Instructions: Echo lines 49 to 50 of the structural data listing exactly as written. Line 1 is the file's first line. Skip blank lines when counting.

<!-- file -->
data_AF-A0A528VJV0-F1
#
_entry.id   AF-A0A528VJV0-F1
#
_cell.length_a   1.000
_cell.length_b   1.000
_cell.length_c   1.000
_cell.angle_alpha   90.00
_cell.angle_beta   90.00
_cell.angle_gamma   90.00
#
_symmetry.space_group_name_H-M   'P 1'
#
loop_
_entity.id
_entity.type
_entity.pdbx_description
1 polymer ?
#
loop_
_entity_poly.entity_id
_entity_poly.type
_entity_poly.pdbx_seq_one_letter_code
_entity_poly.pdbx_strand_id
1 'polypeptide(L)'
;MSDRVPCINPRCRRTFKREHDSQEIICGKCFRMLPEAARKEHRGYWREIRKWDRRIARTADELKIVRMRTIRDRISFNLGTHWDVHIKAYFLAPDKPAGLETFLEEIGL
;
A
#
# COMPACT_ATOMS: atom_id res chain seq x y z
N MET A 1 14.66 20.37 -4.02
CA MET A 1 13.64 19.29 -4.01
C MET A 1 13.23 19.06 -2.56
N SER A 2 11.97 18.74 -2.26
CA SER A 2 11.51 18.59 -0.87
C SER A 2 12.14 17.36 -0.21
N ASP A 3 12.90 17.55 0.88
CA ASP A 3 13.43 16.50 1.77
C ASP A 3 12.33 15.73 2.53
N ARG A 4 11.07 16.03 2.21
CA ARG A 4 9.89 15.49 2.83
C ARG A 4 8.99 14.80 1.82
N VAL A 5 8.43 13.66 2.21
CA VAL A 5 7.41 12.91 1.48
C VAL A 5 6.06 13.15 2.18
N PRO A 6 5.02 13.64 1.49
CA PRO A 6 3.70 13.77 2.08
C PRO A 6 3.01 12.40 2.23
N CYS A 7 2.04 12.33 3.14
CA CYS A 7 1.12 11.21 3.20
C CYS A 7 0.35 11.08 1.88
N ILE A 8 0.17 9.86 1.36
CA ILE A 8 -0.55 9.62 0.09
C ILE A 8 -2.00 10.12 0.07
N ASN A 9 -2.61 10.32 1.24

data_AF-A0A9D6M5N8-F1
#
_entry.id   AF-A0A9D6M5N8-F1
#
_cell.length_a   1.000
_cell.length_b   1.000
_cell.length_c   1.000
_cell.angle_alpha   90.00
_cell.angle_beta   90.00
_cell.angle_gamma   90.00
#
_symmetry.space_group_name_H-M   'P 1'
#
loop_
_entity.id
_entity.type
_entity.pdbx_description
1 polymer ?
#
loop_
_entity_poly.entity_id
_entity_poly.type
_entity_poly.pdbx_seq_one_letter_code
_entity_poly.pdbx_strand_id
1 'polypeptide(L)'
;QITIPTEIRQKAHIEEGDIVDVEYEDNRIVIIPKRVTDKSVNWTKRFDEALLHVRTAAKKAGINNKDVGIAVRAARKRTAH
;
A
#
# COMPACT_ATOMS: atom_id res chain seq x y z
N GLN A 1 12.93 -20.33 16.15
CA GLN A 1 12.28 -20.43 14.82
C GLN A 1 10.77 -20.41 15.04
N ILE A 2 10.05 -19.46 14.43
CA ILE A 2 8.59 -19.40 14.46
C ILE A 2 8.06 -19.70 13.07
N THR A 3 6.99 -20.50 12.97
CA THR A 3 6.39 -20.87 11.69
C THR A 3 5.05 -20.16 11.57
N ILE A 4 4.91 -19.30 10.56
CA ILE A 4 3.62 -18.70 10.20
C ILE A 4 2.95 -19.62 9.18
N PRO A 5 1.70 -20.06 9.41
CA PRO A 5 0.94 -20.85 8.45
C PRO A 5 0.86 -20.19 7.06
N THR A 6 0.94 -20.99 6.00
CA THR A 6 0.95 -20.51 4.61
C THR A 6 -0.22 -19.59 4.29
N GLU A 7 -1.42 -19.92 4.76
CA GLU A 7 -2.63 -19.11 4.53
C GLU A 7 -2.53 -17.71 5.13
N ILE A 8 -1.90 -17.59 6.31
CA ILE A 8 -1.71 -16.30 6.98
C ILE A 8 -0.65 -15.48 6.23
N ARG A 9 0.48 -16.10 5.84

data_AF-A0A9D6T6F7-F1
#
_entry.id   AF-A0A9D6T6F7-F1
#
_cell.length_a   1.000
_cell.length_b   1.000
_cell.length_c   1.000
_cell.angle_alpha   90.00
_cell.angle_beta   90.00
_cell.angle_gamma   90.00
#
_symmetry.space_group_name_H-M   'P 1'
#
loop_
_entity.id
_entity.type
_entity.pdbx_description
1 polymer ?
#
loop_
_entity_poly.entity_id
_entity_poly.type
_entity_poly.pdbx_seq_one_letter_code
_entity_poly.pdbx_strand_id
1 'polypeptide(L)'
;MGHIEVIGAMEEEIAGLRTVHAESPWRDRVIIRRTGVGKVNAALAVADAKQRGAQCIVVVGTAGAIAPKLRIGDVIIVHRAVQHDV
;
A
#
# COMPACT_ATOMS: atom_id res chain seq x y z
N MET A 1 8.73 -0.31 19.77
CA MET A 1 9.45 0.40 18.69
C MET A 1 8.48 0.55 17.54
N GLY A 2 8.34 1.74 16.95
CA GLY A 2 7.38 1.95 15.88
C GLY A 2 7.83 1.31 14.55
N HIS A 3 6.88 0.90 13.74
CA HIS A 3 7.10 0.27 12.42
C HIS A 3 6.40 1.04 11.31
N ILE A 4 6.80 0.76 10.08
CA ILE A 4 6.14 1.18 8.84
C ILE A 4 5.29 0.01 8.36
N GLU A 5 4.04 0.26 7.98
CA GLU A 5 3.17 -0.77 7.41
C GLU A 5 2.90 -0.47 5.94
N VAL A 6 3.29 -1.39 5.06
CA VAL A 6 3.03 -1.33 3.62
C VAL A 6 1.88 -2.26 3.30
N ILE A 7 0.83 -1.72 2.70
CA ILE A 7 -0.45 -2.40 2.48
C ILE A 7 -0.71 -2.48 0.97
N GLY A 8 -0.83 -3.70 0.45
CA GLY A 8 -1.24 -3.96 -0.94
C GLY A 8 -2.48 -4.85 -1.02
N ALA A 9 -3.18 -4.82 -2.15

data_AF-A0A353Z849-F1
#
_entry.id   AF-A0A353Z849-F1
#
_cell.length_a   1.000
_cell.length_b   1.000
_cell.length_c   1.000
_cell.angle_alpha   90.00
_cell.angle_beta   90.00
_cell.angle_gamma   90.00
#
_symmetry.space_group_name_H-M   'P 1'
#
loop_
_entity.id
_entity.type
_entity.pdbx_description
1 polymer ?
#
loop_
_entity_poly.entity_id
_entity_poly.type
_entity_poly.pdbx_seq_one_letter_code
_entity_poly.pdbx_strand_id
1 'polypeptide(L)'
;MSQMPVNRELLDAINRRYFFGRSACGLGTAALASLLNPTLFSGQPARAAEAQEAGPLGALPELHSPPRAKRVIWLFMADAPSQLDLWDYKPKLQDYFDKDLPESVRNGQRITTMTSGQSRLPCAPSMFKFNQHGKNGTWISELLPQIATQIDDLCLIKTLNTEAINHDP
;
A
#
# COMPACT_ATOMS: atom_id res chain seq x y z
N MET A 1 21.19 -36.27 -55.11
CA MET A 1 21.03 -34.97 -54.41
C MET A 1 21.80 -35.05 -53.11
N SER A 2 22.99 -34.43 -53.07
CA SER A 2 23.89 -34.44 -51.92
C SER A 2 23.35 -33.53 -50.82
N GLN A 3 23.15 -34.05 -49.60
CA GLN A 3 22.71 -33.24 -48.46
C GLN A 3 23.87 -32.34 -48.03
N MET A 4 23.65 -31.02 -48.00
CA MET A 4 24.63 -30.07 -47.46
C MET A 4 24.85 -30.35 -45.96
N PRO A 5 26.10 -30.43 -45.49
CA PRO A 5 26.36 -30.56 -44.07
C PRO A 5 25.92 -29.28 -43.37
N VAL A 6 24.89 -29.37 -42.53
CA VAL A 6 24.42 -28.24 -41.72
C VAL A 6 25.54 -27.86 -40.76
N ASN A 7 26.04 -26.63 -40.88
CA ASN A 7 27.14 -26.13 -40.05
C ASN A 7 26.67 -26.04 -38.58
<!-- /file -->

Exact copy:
N CYS A 7 2.04 12.33 3.14
CA CYS A 7 1.12 11.21 3.20